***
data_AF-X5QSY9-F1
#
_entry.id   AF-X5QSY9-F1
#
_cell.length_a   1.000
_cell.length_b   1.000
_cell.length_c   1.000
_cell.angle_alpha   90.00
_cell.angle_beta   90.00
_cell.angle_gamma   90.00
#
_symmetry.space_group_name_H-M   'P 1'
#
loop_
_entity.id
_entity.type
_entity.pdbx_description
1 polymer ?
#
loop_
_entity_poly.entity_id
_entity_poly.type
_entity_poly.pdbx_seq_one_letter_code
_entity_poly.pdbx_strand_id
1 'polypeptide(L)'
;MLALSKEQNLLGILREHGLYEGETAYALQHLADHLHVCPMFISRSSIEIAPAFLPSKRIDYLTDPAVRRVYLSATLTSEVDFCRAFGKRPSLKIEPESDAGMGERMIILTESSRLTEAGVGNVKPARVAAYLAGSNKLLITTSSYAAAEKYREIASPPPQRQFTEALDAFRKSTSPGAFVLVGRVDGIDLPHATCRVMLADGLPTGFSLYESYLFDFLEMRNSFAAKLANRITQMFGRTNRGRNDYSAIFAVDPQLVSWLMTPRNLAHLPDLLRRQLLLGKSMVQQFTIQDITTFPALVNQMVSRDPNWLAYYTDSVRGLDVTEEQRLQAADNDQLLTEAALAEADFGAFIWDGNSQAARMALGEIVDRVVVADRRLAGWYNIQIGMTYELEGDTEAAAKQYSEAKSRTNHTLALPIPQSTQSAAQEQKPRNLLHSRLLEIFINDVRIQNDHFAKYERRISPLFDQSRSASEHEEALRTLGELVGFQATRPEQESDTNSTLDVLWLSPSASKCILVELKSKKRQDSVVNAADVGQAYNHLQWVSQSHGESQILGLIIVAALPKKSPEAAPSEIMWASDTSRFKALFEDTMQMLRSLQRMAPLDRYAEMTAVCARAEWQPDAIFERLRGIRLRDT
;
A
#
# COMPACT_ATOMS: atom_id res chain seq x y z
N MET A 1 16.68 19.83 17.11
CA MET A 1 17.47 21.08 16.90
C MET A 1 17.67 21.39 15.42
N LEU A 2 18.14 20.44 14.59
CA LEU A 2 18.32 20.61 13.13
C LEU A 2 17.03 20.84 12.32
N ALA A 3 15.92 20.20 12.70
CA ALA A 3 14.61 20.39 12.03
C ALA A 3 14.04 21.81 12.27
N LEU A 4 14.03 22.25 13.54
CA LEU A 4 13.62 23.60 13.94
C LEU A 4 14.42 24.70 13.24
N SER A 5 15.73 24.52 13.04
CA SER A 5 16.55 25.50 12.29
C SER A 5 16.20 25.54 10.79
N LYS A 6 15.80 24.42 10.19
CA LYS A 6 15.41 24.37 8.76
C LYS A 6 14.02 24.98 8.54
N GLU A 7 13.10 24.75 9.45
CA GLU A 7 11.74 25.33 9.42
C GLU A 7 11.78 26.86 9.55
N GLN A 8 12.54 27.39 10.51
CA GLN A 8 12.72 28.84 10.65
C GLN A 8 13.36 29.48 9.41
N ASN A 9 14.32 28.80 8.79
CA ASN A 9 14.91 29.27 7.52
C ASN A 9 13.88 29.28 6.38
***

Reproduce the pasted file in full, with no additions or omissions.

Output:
data_AF-X5QSY9-F1
#
_entry.id   AF-X5QSY9-F1
#
_cell.length_a   1.000
_cell.length_b   1.000
_cell.length_c   1.000
_cell.angle_alpha   90.00
_cell.angle_beta   90.00
_cell.angle_gamma   90.00
#
_symmetry.space_group_name_H-M   'P 1'
#
loop_
_entity.id
_entity.type
_entity.pdbx_description
1 polymer ?
#
loop_
_entity_poly.entity_id
_entity_poly.type
_entity_poly.pdbx_seq_one_letter_code
_entity_poly.pdbx_strand_id
1 'polypeptide(L)'
;MLALSKEQNLLGILREHGLYEGETAYALQHLADHLHVCPMFISRSSIEIAPAFLPSKRIDYLTDPAVRRVYLSATLTSEVDFCRAFGKRPSLKIEPESDAGMGERMIILTESSRLTEAGVGNVKPARVAAYLAGSNKLLITTSSYAAAEKYREIASPPPQRQFTEALDAFRKSTSPGAFVLVGRVDGIDLPHATCRVMLADGLPTGFSLYESYLFDFLEMRNSFAAKLANRITQMFGRTNRGRNDYSAIFAVDPQLVSWLMTPRNLAHLPDLLRRQLLLGKSMVQQFTIQDITTFPALVNQMVSRDPNWLAYYTDSVRGLDVTEEQRLQAADNDQLLTEAALAEADFGAFIWDGNSQAARMALGEIVDRVVVADRRLAGWYNIQIGMTYELEGDTEAAAKQYSEAKSRTNHTLALPIPQSTQSAAQEQKPRNLLHSRLLEIFINDVRIQNDHFAKYERRISPLFDQSRSASEHEEALRTLGELVGFQATRPEQESDTNSTLDVLWLSPSASKCILVELKSKKRQDSVVNAADVGQAYNHLQWVSQSHGESQILGLIIVAALPKKSPEAAPSEIMWASDTSRFKALFEDTMQMLRSLQRMAPLDRYAEMTAVCARAEWQPDAIFERLRGIRLRDT
;
A
#
# COMPACT_ATOMS: atom_id res chain seq x y z
N MET A 1 16.68 19.83 17.11
CA MET A 1 17.47 21.08 16.90
C MET A 1 17.67 21.39 15.42
N LEU A 2 18.14 20.44 14.59
CA LEU A 2 18.32 20.61 13.13
C LEU A 2 17.03 20.84 12.32
N ALA A 3 15.92 20.20 12.70
CA ALA A 3 14.61 20.39 12.03
C ALA A 3 14.04 21.81 12.27
N LEU A 4 14.03 22.25 13.54
CA LEU A 4 13.62 23.60 13.94
C LEU A 4 14.42 24.70 13.24
N SER A 5 15.73 24.52 13.04
CA SER A 5 16.55 25.50 12.29
C SER A 5 16.20 25.54 10.79
N LYS A 6 15.80 24.42 10.19
CA LYS A 6 15.41 24.37 8.76
C LYS A 6 14.02 24.98 8.54
N GLU A 7 13.10 24.75 9.45
CA GLU A 7 11.74 25.33 9.42
C GLU A 7 11.78 26.86 9.55
N GLN A 8 12.54 27.39 10.51
CA GLN A 8 12.72 28.84 10.65
C GLN A 8 13.36 29.48 9.41
N ASN A 9 14.32 28.80 8.79
CA ASN A 9 14.91 29.27 7.52
C ASN A 9 13.88 29.28 6.38